This Women’s Day, Elanic reached out to Janodaya – an NGO with a special focus on women. Apart from gifting them clothes worth Rs 2.8 lakhs that the Elanic community donated, we had the honour of styling some of these gritty women and making them feel even more beautiful.
Here are some of their stories.
Every child’s parents love them. My story was different. I remember my mother burning my skin with a hot knife. At the age of 8, I ran away from home. Some people found me and promised me food but one of them tried to touch me - I ran away again.
I was always hungry; one day I saw a church distributing food. The Sisters there took me in and since then, life has been better.
After 10 years, I tried to find my family but nobody knew where they were. People said that my father abandoned them, that my mother burnt herself to death and that someone took away my brothers.
Still, I hope to meet them someday.
That was my past. I now work as an assistant to a cook. Someday I hope to have a home to call my own.
Sarita Parte, 21
My father, mother and sister mean the world to me. We had trouble at home as my father earned very less and I had to drop out of school. I now work as a hostel warden here at Bangalore to support my family.
My father’s brother has two sons. He has always taunted our family about not having a son. He said we would never be lucky enough to get married. He also warned my father that I’d go astray in this alien city but thankfully, my father trusted me not to. My mother gets depressed because of our sneering relatives. I am tired, too.
Back in my village we have a thatched-roof hut. I send money home to convert it into a brick house. I work during the day and prepare for entrance exams in the evenings.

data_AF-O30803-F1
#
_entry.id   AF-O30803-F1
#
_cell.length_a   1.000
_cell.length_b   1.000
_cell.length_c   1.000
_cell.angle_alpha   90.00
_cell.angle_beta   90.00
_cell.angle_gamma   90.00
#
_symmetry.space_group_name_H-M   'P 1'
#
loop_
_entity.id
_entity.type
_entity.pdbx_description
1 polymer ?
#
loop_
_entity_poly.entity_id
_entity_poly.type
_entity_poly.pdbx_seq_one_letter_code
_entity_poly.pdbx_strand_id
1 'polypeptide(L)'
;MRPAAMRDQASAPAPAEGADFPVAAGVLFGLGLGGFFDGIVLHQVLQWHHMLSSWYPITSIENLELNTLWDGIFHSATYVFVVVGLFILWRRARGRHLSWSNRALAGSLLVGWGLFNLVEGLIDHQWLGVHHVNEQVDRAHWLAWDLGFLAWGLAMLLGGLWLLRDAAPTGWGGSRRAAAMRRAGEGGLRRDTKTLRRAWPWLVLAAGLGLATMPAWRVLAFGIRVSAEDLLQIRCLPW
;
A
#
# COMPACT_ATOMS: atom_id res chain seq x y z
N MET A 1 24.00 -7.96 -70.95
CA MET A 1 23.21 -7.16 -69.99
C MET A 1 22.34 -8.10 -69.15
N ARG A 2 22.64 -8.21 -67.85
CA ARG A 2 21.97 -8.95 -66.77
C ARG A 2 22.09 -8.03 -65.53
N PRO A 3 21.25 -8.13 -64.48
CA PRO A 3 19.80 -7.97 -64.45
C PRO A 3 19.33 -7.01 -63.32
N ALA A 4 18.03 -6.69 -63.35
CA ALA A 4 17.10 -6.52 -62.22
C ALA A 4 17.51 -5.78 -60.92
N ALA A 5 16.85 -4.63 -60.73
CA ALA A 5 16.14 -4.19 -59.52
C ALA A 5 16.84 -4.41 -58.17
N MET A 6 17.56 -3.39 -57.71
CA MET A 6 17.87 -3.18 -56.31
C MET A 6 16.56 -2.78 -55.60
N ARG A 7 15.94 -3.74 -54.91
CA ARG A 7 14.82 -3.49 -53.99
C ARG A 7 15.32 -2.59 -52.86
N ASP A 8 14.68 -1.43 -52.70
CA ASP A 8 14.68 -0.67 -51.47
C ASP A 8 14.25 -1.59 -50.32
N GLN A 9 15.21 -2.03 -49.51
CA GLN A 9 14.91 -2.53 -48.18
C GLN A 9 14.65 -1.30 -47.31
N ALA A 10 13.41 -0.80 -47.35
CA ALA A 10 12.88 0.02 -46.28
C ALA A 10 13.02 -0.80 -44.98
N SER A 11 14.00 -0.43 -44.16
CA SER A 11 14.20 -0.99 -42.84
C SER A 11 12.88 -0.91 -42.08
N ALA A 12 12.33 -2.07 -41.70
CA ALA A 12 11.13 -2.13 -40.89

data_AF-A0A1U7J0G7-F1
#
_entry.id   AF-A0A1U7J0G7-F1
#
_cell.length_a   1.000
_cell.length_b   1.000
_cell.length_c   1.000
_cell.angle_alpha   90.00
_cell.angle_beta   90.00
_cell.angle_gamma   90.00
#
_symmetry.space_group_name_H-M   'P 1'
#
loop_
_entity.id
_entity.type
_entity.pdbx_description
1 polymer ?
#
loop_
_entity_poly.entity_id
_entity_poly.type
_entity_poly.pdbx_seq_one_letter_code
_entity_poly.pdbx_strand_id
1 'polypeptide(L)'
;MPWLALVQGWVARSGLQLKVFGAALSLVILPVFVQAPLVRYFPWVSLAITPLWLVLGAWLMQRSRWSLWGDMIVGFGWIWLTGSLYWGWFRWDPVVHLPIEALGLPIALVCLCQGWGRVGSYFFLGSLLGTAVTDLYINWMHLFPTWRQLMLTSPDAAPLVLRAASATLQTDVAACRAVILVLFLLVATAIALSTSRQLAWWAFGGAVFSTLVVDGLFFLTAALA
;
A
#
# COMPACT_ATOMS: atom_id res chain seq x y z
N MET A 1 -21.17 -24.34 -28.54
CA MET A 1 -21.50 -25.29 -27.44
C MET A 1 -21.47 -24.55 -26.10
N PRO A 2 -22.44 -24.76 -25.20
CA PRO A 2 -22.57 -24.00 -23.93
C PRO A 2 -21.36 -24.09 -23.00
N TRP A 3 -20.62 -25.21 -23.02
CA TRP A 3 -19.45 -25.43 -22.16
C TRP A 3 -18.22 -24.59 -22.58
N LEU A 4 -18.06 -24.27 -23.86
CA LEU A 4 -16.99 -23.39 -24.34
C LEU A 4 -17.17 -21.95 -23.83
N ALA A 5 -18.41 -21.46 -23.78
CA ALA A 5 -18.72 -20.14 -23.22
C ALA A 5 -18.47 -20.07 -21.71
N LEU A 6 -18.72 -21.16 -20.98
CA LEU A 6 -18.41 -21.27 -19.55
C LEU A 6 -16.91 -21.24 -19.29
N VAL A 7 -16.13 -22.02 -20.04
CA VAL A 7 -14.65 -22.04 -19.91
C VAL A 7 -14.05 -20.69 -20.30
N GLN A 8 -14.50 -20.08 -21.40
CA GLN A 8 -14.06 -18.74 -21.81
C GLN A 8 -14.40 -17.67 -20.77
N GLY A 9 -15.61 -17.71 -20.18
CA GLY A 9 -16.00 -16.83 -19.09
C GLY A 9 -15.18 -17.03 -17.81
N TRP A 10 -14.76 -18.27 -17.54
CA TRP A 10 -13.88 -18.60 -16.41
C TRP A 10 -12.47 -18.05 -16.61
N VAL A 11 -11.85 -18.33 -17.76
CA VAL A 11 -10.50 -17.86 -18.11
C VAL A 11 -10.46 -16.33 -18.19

I just want to show people that girls are no less than boys.
Pushpa Bai, 36
My childhood was hard. There were 9 of us including my father who passed away when I was 20, and a blind mother. We had one brother who earned money, only to spend it all on alcohol.
I wanted to work and take care of my sisters, one of whom was handicapped. I was married off by the village panchayat against my will to an unknown man. He was abusive and self-centered. When I was pregnant with my second child, he told me he’d marry a younger girl. He asked me to drink poison and kill myself.
But I was determined to raise my babies. Soon, he deserted us and I was left to fend for myself and my children. I now work as a household help.
My husband abandoned me. But I won’t abandon my children.
Kishori Puta, 30
Getting schooled was a battle for me. My brother was educated in spite of our poverty. I fought with my father when my brother left us after getting a job. If he’d educated me instead, I’d have been able to support our family better.
Nobody should have to struggle like I did in my childhood. I passed my exams by only listening to lectures - I never had text books. I wanted to do graduation but I had no money for it. I then started working as a tailor at my village. I hate seeing my old father work so hard just to earn Rs 50 a day. Now I work as a caretaker at a hostel to support our family. I send half my salary home.
My father is now proud of me. He says, “You are my son.”
I cry sometimes in private when I’m anxious but then I think, “What use is it, getting tense? How will I think or work if I worry so much?
In the future, I want to do my own thing. Shuru karenge to ho jayega. Kuch bhi kar lenge.
While anyone less tough may easily have given up, these women have overcome enormous challenges to be where they are today. They are a powerful reminder of how fierce determination can beat even the darkest of situations. We take our hats off to them.